On the other hand, the shifting distance of the speckle pattern also affect the accuracy of reconstructed surface. Figure 9 shows the error of reconstructed surface with different shifting distances of speckle pattern. The shifting distances are $3l$, $4l$, $5l$, $6l$ and $7l$. For an ideal flat, as the increase of shifting distance, the reconstruction error of the surface shape in RMS decrease from 2.4 $um$ to around $0.8um$. For a quadric surface, the RMS error is close to $2um$ at $3l$ due to the error accumulation along the acquisition path where there are 165 sampling points from the starting point to the edge of the ROI. As the shifting distance exceeds $4l$, the RMS error is around $0.8um$. However, as the shifting distance increase to $6l$ and $7l$, the resolution reduces to 82 and 69 sampling points from the starting point to the edge of the ROI, respectively, and the average displacement of the speckle image exceeds 2 pixels, resulting in the loss of some detail information of the test surface. In contrast, when the shifting distance is $4l$ or $5l$, 122 and 97 sampling points in the ROI, respectively, and the average displacement of the speckle image is less than 2 pixels. Weighing the pros and cons, to achieve a high accuracy with a relative high resolution, the shifting distance of $4l$ or $5l$ in this simulation test system is recommended.

Without the loss of generality, the relationship between the shifting distance of the speckle pattern on the screen and the average displacement of speckle image is derived as follows:

*d*is the radius of the test surface; ${l_c}$ is the size of the pinhole camera pixel;

*K*is the number of the sampling points from the starting point to the edge of the ROI;

*f*is the focal length; $\overline {n^{\prime}} $ is the average displacement of speckle image in the unit of camera pixel; the ROUND function rounds the number to the nearest integer. For a SPSD test system, in order to guarantee the detection resolution meanwhile minimize the accumulation error, K and $\overline {n^{\prime}} $ do not exceed 122 and 2, respectively. And ${z_{m2c}}$ is determined according to Eq. (5). Then, according to Eq. (6), the shifting distance of the speckle pattern on the LCD screen is properly chosen.

## 5. Experiments

In order to verify the method proposed in this paper in practical application, an acrylic plastic plate is measured first. The tested region of it is about $94.3mm$ in diameter, and the measurement result of it is compared with PMD’s result. The setup is shown in Fig. 10. A 21.3 inch LCD screen with a resolution of $1600 \times 1200$ pixels is used to display the speckle pattern. A pinhole camera with a focal length of 16mm and a resolution of 1296×966 pixels is used to record the speckle images. The test elements are placed parallel to the LCD screen. The z direction distances from the test surface to the LCD screen and the pinhole camera are $1499.8mm$ and $1479.5mm$, respectively. The internal and external parameter matrices of the pinhole camera are obtained by Zhang’s calibration method, and the correspondence between the CCD pixel and the mirror pixel on the test surface is established. The starting point is chosen as close as possible to the center of ROI to reduce the influence of error accumulation.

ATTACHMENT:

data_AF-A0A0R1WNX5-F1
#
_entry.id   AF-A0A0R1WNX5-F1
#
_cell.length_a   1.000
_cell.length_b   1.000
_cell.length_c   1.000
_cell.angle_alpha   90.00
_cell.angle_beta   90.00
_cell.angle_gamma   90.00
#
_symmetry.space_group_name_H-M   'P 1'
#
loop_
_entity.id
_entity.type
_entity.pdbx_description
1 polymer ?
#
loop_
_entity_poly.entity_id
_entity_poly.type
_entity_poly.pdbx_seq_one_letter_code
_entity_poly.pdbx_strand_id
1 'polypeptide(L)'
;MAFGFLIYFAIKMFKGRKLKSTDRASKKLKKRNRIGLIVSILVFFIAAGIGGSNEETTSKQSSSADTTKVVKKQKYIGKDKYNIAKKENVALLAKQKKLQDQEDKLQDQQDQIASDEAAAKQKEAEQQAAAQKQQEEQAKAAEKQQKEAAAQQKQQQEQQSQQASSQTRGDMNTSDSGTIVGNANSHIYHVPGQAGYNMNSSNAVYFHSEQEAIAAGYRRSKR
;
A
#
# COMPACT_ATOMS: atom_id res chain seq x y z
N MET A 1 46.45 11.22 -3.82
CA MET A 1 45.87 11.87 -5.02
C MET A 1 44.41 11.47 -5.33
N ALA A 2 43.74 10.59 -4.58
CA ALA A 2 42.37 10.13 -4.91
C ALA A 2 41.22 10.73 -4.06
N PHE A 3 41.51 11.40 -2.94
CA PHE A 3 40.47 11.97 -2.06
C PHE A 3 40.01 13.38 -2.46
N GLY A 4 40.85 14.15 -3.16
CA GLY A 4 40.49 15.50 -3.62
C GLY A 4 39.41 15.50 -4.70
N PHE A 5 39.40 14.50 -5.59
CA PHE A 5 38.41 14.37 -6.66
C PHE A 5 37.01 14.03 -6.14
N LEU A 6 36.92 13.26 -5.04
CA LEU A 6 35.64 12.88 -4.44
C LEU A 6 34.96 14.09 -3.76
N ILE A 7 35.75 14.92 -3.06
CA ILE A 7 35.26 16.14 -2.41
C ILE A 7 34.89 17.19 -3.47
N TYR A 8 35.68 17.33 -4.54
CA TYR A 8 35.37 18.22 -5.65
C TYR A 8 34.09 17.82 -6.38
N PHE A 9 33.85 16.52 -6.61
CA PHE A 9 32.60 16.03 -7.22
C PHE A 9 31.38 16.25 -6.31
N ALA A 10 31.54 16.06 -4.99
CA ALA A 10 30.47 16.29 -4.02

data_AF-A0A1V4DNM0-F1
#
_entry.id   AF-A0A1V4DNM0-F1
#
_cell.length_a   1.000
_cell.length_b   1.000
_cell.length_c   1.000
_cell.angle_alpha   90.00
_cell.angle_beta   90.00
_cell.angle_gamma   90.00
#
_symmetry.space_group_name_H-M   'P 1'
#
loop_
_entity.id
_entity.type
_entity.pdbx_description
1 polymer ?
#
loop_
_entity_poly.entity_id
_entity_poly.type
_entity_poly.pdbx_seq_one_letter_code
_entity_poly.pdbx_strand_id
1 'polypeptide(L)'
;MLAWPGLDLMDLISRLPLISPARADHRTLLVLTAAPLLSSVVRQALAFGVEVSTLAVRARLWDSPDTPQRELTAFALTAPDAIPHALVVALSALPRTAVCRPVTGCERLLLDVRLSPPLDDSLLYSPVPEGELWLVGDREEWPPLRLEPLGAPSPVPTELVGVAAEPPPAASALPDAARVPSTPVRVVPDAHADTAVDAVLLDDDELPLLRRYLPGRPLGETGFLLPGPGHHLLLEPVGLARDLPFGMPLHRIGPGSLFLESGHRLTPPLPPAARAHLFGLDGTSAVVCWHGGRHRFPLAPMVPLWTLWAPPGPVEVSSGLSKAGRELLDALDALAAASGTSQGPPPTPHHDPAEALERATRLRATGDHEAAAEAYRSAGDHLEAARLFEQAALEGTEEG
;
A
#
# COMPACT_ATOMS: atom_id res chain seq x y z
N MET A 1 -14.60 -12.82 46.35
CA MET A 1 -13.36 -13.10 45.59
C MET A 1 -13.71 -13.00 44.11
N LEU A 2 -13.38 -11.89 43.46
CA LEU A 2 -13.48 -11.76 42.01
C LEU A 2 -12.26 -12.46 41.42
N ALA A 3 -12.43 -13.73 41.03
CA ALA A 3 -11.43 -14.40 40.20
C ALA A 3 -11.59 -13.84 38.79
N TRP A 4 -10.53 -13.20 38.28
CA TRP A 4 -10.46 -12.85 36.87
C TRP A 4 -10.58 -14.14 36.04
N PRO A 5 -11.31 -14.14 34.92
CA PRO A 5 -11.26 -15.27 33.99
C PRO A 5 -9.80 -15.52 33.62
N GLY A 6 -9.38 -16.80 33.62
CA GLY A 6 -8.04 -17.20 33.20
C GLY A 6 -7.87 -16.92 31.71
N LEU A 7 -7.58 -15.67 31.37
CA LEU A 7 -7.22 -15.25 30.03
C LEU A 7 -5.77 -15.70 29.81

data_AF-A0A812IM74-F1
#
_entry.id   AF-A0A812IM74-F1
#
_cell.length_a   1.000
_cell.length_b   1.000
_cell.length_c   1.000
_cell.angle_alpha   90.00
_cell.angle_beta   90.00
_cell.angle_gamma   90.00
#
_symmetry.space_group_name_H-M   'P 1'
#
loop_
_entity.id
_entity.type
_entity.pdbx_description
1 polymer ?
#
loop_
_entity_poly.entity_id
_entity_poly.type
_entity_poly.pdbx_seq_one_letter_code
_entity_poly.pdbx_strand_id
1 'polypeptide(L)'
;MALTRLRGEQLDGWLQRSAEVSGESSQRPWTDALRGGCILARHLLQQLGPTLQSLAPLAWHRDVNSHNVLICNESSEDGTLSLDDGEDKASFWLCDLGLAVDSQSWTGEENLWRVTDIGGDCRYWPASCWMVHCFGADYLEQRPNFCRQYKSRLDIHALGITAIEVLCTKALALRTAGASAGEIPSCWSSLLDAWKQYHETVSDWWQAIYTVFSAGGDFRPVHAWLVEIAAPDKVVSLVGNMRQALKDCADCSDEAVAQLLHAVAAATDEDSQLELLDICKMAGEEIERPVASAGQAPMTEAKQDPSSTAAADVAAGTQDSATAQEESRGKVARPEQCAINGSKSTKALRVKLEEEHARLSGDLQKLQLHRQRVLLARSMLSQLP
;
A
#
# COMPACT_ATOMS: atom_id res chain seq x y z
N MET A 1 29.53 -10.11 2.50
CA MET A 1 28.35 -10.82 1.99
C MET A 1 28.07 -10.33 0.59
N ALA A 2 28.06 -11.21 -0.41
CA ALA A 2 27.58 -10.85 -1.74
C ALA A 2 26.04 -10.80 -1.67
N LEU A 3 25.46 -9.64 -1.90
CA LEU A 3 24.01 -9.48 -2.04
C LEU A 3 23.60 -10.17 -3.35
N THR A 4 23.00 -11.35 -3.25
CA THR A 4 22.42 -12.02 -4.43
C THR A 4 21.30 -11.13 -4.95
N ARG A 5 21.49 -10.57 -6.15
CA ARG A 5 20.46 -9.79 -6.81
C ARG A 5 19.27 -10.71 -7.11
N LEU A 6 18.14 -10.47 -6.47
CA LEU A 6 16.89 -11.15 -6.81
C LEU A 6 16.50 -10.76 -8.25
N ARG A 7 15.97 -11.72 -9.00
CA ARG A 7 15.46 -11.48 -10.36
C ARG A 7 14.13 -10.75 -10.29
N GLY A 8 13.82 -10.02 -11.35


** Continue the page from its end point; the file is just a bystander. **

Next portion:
The speckle pattern is shifted in turn by 5 screen pixels($5l$) in the x and y directions on the LCD screen, and the displacement distribution of the speckle image captured by the pinhole camera before and after the shifting is calculated by the DIC algorithm, as shown in Fig. 11. The slope maps calculated by the SPSD are shown in Figs. 12(a) and 12(b). As a comparison the slope maps are calculated using PMD, as shown in Figs. 12(d) and 12(e). SPSD and PMD slope datum show a good agreement with each other. The surface is reconstructed with the Zernike modal method. The reconstructed surface shape of SPSD and PMD is illustrated in Figs. 12(c) and 12(f), respectively. The RMS difference between the two surface results is $0.6um$. The comparison of Zernike polynomial coefficients of the two methods from the 4^{th} to the 37^{th} terms is demonstrated in Fig. 13, which indicates a good agreement.

A wafer deformed by external force is also measured. The measurement range is $96.2mm$ in diameter. With the same experimental setup, the speckle pattern is shifted by 4 pixels in the x and y direction on the LCD screen. The slope in x and y direction and surface shape of the wafer surface obtained by our SPSD setup are shown in Figs. 14(a) and (c), respectively. the corresponding results of PMD are shown in Figs. 14(d) and (e) the RMS difference between the reconstructed figures is $0.8um$. In Fig. 15, it shows the comparison of Zernike polynomial coefficients of the two methods from the 4^{th} to 37^{th} terms for the wafer. Likewise, the Zernike coefficients of SPSD and PMD are very close to each other. This further verifies the feasibility of our method and that the measurement accuracy of SPSD can reach about $1um$ RMS.

## 6. Conclusions

In this paper, the SPSD test system based on DIC is proposed. The principle of SPSD is described in detail. Compared with SPD, this method doesn’t need reference element. Compared to PMD, only three images are needed to complete a measurement. It has the advantages of fast measurement, low cost, and independence on the quality of reference element. The numerical simulation is carried out to verify the correctness of the method, and the source of the error is analyzed. What the shifting distance of the speckle pattern on the LCD screen should be chosen to minimize the error while ensuring the measurement resolution is suggested. The surface shapes of the acrylic plastic plate and the wafer are measured in the experiment. Compared with the measurement results of PMD, the effectiveness of the method is verified, and the measurement accuracy can reach about $1um$ RMS. The test element in our method is near-flat, and it is not applicable if the mirror curvature is too large. We will keep investigating surface shape measurement of large curvature element in next work.

## Funding

National Natural Science Foundation of China (61875142); Equipment Research Program in Advance of China (JZX2017-1570/Y464); National Key R&D Program of China (2017YFB1002900).